The Power of the Post-Presidency

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“The Contemporary Presidency: Postpresidential Influence in the Postmodern Era” by Thomas F. Schaller and Thomas W. Williams, in Presidential Studies Quarterly (Mar. 2003), 1020 19th St., N.W., Ste. 250, Washington, D.C. 20036.

When Bill Clinton left the White House at age 54 in 2001, he entered that curious twilight zone in which the powers of the presidency have vanished but the afterglow remains. Thanks to today’s increased longevity, the afterglow often lasts a lot longer than it used to, and it also burns a little brighter.

Clinton’s nearest Democratic predecessor, Jimmy Carter, has made his 22-year “post-presidency” outshine his presidency, most recently winning the 2002 Nobel Peace Prize for his efforts to promote peace and human rights around the world, note Schaller, a political scientist at the Univer­sity of Maryland, and Wil­liams, a research analyst for a private firm. Some of Car­ter’s post-presidential ventures have been controversial, such as his freelance trip to North Korea during the 1994 crisis over Pyong­yang’s nuclear efforts.

Carter, who left office in 1981 at age 56, has had the fourth-longest post-presidential term of all the 33 chief executives who lived to have one. He may soon overtake John Adams, who died in 1826, a little more than a quarter-century after he left office. Carter’s immediate predecessor, Gerald Ford, is currently in second place in post-presidential longevity and may wind up ahead of Herbert Hoover, whose “term” lasted more than 31 years.

Hoover perhaps needed all that time to refurbish his reputation after the Great Depression. He wrote more than two dozen books, coordinated a U.S. relief effort in Europe after World War II, and headed government reform commissions during the Truman and Eisenhower administrations.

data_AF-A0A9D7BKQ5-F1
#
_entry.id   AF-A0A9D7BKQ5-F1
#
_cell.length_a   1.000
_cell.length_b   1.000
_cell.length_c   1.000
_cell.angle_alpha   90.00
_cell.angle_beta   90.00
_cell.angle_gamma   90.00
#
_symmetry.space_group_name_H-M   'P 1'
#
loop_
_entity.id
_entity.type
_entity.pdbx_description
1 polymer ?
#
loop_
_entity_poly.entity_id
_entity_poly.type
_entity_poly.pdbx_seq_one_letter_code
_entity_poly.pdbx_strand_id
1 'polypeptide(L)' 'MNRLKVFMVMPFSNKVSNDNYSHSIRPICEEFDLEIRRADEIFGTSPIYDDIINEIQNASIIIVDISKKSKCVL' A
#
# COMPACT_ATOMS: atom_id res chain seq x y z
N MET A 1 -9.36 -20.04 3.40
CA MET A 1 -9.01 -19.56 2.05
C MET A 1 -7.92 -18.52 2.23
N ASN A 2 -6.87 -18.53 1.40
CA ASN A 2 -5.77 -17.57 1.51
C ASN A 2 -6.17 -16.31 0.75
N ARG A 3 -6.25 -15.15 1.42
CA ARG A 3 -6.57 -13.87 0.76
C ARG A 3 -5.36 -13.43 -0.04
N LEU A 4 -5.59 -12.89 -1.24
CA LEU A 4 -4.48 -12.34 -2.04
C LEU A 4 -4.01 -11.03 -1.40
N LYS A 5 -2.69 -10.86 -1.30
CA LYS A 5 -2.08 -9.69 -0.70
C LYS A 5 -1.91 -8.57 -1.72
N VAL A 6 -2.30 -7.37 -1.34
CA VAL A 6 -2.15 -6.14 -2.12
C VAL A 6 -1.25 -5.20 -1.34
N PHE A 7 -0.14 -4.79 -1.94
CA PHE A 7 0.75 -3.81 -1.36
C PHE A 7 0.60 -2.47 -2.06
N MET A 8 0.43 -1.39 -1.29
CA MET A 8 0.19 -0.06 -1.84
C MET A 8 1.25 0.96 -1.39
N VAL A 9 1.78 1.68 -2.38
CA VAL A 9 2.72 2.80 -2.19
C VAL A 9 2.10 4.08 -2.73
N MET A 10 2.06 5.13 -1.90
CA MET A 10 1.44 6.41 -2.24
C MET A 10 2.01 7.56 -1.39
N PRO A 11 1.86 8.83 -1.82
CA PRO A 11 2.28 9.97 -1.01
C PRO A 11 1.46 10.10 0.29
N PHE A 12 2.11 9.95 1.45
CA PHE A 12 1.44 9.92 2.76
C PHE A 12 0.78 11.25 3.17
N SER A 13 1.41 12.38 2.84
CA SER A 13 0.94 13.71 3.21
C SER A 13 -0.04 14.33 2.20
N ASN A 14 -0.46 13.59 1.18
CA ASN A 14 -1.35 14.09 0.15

Early ex-presidents “mostly retired to their homes and plantations,” note Schaller and Williams. But the sixth, John Quincy Adams, is still reckoned among the most influential of former presidents. After leaving office at age 61 in 1829, he served with distinction in the House of Representatives for 17 years. He opposed slavery and the Mexican War, and helped establish the Smithsonian Institution.

Another middling president who had a very influential post-presidential career was William Howard Taft. Defeated for reelection in 1912 (thanks in part to the third-party candidacy of his erstwhile mentor, ex-president Theodore Roosevelt), Taft went on to teach law at Yale University and then to serve from 1921 to 1930 as chief justice of the U.S. Supreme Court.

Abraham Lincoln faced a different kind of challenge from a predecessor when he took office: After trying to mediate the North-South conflict, John Tyler (1841–45) won a seat in the first Confederate congress. But Tyler died before taking office and openly confronting Lincoln.

Tyler was one of five ex-presidents still living when Lincoln took office, a number that was matched only when Bill Clinton moved into the White House. As lengthening lifespans and voracious mass media expand the powers and the number of ex-presidents, it’s not hard to imagine that some future presidents will look back on Tyler’s timely expiration as a precedent that more should follow.

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